A great party can leave us with a life time of memories; a bad hangover can make us want to forget the party ever happened! What can a person do to shake those hangover symptoms? Cloverfields Farm & Kitchen's Janine Washle has some suggestions for helping nurse that hurt. She says the most important thing is to replenish amino acids. Carbohydrates are part of amino acids and amino acids help form protein. It is really a hand in glove approach. The body needs carbohydrates and proteins for energy and amino acids help provide this especially during times of stress. When partying, amino acids are depleted and the brain's neurotransmitters are affected as well. Building up amino acids after a night of partying will help with the morning after hangover symptoms by regulating the neurotransmitters and allowing them to function more smoothly.
The long and short of it: protein and carbohydrates will provide the necessary ingredients to feel better. Eggs, and bacon are protein sources while bread and potatoes can provide the carbohydrates. Combining protein and carbs in an omelet is quick, easy, and not too heavy on the tummy. Peeling a potato may not be in the cards, but keeping a box of potato flakes in the pantry, can be an unconventional helper when a hangover needs a little help. Potato flakes provide the carbs and the eggs plus a little bacon give a protein boost to get the amino acids built up.
When the party was on New Year's Eve, it makes pulling together a nice New Year's Day meal a bit of a challenge. Luckily, the ingredients for a traditional dinner are forgiving and easy to work with. Pork loin cut into steaks, black eyed peas, and greens plus cornbread in some form make a nutritious meal that provides nourishment after a night of partying. If you are going to the grocery New Years Day, you may be out of luck with canned peas, head over to the freezer for the next best thing to fresh and pick up a couple bags of frozen black eyed peas. They actually look and taste better than the mushy canned variety. Greens are traditionally collards, kale, or turnip but really any green leafy vegetable is considered lucky. Fresh may be hard to find on New Year's Day, so head to the freezer again. It is good to know that frozen vegetables are typically of higher quality than canned and frozen greens come together much faster than frozen since they are blanched before freezing. If you are out of luck in the freezer section, head back to Produce and pick up a humble green cabbage. Creamed cabbage is mild and not at all hard on the tummy or smelly. The trick to keep the cabbage from smelling up the house, is to cook it with no lid. The sulphuric compounds can't develop that are responsible for that strong cabbage smell.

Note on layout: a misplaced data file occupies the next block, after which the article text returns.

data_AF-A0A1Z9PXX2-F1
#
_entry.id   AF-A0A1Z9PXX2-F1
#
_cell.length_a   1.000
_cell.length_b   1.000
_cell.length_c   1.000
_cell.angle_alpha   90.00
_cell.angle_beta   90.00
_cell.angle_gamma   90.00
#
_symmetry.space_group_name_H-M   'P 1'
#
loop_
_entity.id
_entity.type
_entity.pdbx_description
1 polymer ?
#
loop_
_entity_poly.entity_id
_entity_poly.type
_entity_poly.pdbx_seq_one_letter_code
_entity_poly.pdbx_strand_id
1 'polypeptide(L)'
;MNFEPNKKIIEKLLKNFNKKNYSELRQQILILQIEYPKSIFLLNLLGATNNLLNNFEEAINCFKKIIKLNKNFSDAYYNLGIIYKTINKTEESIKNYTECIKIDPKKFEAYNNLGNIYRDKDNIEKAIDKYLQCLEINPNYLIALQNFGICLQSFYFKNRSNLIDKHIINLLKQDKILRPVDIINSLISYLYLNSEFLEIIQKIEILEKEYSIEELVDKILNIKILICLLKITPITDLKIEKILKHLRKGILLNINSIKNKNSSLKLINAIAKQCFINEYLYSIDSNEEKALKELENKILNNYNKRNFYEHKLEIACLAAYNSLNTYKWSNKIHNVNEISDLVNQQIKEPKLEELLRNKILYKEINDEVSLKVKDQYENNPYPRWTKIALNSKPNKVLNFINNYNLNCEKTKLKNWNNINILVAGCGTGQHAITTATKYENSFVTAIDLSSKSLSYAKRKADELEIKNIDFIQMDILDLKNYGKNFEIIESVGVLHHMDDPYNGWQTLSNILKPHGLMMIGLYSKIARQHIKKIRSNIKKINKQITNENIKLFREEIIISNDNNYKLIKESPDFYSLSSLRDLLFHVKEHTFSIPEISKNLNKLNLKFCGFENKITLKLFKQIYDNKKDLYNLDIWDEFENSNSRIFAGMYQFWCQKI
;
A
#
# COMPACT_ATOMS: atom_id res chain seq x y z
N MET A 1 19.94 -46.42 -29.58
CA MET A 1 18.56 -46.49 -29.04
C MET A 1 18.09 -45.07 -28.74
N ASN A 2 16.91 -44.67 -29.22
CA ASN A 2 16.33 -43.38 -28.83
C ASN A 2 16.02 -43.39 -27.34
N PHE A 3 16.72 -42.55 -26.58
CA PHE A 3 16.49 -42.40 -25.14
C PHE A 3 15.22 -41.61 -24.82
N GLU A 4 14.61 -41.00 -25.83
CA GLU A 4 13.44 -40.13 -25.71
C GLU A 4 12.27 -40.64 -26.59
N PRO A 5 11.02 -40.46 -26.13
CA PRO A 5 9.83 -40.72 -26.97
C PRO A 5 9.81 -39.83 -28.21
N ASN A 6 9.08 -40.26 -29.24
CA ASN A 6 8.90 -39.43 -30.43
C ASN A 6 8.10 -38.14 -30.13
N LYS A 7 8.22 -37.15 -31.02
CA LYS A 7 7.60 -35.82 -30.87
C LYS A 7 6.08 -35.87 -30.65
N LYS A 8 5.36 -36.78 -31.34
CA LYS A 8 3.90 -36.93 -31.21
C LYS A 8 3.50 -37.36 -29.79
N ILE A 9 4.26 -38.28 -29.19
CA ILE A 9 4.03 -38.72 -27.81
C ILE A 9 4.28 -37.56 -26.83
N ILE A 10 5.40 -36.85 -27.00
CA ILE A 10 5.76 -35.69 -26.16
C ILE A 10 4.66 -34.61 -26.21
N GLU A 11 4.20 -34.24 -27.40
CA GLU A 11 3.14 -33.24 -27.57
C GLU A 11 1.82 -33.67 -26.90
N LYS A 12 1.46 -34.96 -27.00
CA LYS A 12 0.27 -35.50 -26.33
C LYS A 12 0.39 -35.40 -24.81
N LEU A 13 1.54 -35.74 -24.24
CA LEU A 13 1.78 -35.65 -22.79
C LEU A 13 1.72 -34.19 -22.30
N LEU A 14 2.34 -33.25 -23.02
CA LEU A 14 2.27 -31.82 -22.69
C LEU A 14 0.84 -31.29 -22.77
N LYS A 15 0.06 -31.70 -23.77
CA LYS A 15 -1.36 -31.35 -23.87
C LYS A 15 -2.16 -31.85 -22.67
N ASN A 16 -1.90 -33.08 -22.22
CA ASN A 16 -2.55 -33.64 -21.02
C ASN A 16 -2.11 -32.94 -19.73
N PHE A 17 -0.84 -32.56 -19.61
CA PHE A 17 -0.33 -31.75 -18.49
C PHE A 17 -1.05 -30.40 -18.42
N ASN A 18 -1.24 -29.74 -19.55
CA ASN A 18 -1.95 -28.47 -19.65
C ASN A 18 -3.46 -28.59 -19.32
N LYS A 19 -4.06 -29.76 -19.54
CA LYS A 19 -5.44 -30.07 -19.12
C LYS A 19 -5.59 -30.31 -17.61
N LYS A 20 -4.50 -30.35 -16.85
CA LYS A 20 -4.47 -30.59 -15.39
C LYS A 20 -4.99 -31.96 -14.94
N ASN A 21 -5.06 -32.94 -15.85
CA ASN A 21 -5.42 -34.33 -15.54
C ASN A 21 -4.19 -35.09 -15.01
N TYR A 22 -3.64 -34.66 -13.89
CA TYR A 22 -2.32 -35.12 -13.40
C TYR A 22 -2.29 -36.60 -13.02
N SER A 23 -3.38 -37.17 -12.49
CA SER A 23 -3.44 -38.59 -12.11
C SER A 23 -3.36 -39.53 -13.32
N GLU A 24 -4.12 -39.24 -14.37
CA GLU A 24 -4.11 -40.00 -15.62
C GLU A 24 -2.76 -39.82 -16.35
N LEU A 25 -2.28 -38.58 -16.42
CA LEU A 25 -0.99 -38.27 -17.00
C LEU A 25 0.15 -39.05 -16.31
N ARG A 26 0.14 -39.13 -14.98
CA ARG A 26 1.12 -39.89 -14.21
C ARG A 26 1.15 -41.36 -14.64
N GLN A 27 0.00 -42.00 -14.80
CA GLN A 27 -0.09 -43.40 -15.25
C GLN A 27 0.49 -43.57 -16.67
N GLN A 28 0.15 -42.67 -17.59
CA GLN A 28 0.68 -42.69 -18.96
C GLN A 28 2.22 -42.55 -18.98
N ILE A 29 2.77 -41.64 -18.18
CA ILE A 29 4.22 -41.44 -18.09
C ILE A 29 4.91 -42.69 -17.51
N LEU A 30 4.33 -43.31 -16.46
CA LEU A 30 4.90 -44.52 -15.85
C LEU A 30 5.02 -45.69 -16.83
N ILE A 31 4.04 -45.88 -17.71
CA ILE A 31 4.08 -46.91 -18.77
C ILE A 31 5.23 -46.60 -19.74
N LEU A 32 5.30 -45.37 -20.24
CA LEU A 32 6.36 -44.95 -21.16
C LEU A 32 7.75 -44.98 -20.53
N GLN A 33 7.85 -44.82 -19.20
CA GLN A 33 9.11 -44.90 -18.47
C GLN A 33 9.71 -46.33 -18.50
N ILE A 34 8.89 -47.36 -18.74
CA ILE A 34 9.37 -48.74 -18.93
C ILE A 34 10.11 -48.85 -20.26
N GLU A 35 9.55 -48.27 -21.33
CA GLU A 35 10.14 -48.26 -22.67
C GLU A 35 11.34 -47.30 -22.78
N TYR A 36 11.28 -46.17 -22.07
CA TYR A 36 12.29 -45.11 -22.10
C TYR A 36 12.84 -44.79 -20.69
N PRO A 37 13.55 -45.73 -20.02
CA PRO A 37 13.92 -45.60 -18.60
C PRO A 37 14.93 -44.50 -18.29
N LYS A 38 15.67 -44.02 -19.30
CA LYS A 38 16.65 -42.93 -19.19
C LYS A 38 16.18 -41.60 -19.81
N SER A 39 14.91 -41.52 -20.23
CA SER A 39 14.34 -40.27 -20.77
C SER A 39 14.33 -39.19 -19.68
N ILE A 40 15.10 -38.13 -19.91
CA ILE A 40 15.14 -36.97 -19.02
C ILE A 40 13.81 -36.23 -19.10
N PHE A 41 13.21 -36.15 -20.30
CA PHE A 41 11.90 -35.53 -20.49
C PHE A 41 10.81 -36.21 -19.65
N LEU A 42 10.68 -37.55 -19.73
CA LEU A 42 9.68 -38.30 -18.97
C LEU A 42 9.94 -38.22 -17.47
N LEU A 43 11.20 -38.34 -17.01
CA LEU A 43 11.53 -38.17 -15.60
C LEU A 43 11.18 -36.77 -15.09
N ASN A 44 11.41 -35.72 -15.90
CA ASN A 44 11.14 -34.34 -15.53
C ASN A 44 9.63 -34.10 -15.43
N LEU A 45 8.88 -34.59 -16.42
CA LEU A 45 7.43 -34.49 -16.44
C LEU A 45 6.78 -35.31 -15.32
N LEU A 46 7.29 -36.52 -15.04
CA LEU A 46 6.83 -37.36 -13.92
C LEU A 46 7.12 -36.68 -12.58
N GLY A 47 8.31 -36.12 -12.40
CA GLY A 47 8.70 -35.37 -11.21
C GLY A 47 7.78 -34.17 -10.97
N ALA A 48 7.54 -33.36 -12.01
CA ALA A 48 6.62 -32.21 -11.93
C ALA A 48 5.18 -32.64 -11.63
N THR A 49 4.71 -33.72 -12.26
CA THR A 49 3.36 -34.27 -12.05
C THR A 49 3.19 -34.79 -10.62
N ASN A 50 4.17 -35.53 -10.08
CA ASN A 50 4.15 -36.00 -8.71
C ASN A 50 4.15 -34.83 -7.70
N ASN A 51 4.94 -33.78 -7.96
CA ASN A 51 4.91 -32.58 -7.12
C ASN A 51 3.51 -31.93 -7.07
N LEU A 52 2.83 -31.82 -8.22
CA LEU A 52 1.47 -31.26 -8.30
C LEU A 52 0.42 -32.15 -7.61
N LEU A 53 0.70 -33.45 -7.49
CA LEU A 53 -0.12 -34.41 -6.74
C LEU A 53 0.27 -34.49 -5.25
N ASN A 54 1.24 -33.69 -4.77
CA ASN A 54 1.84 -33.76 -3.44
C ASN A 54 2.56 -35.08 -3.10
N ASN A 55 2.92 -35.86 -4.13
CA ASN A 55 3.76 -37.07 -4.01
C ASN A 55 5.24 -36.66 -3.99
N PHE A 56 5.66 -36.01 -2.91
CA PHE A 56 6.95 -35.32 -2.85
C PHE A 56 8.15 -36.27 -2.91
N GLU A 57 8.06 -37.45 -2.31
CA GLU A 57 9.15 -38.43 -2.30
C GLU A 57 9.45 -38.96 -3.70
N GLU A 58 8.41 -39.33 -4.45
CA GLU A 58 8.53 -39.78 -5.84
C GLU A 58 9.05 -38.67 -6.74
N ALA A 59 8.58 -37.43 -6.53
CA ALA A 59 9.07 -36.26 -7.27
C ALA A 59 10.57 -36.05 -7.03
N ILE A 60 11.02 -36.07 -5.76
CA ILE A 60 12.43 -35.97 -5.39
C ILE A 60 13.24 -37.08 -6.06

Once you get a little energy from a hangover helper breakfast, you may actually decide to pull together an impromptu New Year's dinner. After a night of revelry, a good dinner will help you set a couple of solid New Year's resolutions including not partying so hard--at least until next New Year's eve!
Cloverfields Farm and Kitchen also has a special New Year's/Hangover Cures Recipe Booklet available by email. To ask for a complimentary copy, just email Janine Washle at firstname.lastname@example.org
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CloverFields Farm & Kitchen
3720 Mt. Olive Rd.
Hardin Springs Area
Big Clifty, KY 42712
About Cloverfields Farm & Kitchen:
Janine Washle and her family live at the Cloverfields Farm and Kitchen in Big Clifty, Kentucky in Hardin County. CloverFields Farm & Kitchen, part of a century old farmstead, is our home and business. The McGuffin house, the original farmhouse, is a registered state landmark. CloverFields Farm has a prosperous farming history. They are continuing this rural story in their own unique way by the addition of CloverFields Kitchen a place to explore the past through food and merge it with our modern lifestyles.
CloverFields Farm is dedicated to the preservation of southern, especially Kentucky, food traditions. The kitchen is commercially-outfitted compliant with Health Department standards. In this kitchen I develop new recipes based on original ideas, inspirations from my culinary research, and most often according to what is in season.
On the farm, they make many gifts and specialty items. She is currently working on her first cookbook, but she also has a long resume developing recipes for several companies. She has also won several contests and cook-offs with her original recipes.